As sad as tale as the demise of the New Dawn, I think today's news just may be even sadder.
No, I'm not shuffling off to Davey Jones' Locker. You'll have to decide if that's the good news, or the bad. The real news is perhaps, even worse.
As children, we all grew up being regaled with heroic tales of history's Great Captains. The courage of Nelson, the resolve of John Paul Jones, the unrivaled courage of Farragut. Countless are the boys who sailed the seas of imagination with Horatio Hornblower, who sought the Great White Whale with Captain Ahab, and even those who sailed the darker seas with the likes of Hook, Blackbeard and LaFitte.
There is one Cap'n though, who has touched the lives of more children than all of the above, combined. For decades, he has steered his course across the milky seas, finding favor everywhere, save for those cruel shores where he and his kind were never welcomed.
Scorned by the humorless scolds who find pleasure in nothing and evil in all, the number of ports offering him welcome dwindled in numbers ever less, until it came to pass that he was Cap'n without a flag, navigating the doldrums of bottom shelf passages, endlessly adrift as a merchantman's worst nightmare, a cargo without a market. Unwanted, unwelcome and turned away nearly everywhere, his once bright career ended, with hardly a ripple to compare with the mighty waves his ship's bow once displaced, everywhere he sailed.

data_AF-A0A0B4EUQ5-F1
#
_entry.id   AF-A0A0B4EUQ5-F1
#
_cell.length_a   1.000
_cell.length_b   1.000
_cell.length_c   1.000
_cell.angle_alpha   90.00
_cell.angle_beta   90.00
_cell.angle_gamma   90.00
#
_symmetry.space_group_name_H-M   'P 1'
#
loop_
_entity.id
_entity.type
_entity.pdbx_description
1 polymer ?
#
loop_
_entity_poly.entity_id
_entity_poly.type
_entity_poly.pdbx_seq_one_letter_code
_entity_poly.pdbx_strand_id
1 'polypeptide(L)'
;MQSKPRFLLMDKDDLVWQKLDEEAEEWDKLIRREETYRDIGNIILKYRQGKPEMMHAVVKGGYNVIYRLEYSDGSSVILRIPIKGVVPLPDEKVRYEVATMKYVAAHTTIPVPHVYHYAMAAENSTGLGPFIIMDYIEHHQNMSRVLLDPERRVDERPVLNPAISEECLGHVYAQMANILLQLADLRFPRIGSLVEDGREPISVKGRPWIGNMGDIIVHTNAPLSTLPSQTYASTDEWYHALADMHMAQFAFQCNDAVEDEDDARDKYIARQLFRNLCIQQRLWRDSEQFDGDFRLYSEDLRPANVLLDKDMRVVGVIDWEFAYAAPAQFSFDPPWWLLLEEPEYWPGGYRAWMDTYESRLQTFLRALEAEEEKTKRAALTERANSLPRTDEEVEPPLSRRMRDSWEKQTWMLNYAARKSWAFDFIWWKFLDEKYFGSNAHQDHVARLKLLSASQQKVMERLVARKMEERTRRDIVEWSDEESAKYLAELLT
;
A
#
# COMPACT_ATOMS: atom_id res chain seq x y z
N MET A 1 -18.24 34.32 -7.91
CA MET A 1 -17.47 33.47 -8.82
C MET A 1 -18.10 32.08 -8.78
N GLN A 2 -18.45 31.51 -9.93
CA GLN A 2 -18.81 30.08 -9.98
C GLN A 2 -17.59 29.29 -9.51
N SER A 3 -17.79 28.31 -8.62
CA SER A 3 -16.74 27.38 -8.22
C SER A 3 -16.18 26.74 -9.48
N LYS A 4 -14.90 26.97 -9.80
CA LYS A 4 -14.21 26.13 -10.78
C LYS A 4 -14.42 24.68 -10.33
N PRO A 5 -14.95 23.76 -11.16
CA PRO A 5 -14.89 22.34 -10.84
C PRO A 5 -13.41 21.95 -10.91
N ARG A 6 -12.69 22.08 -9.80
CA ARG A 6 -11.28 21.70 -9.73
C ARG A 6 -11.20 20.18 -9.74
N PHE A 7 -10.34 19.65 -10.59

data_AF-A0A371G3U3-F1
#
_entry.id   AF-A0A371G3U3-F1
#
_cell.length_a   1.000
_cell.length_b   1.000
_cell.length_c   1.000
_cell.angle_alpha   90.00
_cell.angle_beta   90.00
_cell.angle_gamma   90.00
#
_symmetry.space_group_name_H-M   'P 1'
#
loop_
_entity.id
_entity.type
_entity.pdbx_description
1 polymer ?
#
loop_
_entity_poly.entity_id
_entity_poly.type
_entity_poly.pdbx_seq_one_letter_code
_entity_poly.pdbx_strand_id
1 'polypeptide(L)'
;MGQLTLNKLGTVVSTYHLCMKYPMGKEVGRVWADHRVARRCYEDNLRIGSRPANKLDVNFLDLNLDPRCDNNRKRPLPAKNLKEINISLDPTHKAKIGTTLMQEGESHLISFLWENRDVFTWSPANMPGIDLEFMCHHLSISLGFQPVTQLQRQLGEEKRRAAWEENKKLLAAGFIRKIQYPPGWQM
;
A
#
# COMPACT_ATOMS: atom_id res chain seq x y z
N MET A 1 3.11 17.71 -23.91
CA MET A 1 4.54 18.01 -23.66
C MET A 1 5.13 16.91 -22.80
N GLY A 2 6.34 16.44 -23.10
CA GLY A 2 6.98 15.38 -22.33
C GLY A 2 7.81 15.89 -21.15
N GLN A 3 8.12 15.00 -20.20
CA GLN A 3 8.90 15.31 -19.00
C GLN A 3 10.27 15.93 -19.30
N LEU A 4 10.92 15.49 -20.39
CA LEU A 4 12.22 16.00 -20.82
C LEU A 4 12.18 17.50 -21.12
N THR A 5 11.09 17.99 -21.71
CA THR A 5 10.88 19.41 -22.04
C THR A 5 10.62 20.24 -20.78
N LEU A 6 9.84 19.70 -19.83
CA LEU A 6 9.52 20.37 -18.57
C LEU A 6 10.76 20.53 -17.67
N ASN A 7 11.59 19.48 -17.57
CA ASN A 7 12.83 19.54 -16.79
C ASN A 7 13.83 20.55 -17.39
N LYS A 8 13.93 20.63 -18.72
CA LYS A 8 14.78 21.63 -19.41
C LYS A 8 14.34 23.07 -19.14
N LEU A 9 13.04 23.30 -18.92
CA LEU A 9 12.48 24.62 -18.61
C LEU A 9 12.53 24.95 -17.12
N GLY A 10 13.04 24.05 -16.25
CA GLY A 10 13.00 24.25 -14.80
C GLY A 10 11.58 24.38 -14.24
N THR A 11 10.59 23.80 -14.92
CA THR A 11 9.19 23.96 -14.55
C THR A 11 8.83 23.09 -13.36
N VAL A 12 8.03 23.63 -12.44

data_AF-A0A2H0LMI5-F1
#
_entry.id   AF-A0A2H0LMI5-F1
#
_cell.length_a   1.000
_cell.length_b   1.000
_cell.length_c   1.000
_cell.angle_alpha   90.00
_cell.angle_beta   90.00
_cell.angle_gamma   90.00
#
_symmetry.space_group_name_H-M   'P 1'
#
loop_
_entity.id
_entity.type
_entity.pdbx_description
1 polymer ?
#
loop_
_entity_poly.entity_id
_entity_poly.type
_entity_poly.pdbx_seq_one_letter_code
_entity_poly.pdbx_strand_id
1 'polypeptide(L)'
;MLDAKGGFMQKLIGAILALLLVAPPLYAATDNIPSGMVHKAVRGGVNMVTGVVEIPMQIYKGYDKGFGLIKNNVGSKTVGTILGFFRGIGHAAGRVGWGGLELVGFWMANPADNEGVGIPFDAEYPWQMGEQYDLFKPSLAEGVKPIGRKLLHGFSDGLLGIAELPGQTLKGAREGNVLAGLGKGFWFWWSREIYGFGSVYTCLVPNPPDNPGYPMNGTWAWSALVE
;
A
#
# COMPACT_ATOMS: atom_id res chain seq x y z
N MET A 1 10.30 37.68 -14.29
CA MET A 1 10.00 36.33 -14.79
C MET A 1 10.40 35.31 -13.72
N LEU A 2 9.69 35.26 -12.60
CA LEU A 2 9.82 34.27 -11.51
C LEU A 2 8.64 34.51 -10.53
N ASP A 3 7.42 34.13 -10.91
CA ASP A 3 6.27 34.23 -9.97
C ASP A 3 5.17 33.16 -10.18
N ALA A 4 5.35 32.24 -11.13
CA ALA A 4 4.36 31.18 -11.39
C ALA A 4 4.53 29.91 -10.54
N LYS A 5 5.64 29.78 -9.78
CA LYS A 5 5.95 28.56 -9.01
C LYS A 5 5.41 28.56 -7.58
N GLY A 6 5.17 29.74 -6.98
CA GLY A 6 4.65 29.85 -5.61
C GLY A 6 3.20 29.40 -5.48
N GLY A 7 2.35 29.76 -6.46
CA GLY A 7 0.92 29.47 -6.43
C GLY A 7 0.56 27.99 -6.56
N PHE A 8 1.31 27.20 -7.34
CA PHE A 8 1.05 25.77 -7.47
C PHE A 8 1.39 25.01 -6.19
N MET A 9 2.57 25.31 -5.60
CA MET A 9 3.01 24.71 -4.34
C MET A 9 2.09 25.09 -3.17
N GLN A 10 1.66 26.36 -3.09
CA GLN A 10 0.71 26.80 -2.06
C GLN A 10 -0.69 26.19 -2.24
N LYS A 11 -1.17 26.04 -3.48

It is with great sadness, that I mark the passing of this once great Cap'n, and mourn forever the void that his passing brings.
The cruel bastards at Quaker Oats/Life, Inc. have done that which no Somali pirate ever dared, much less even dreamed of having the temerity to do.
They've forced the Cap'n from the seas, stripped him of command, are making him walk the plank, never to again sail the milky seas of children's cereal bowls around the globe.
My anguish runs deep. I sailed aboard the Cap'n's ship for most of my youth, and still enjoyed the occasional pleasure cruise, even to this day. My annual time on those sweet decks was a treat indeed, one to be savored. Not only for it's sweet, crunchy immediate rewards, but for the aftertaste of young memories, carefree pleasures and so much of the lost innocence of simpler times.
Such an ignominious fate, for such a Grand and Noble Cap'n, must be properly noted, observed, and mourned. And so, it shall be.
It was a pleasure and an honor sailing with the Good Cap'n Crunch. I was proud to be amongst his crew, and would gladly have sailed with him as long as his red, boxy ship plied the churning whitecaps of the spoon-churned bowl.
I hereby order a Twenty-One Bowl salute, in honors.
Godspeed, Cap'n Crunch, may you one day sail again!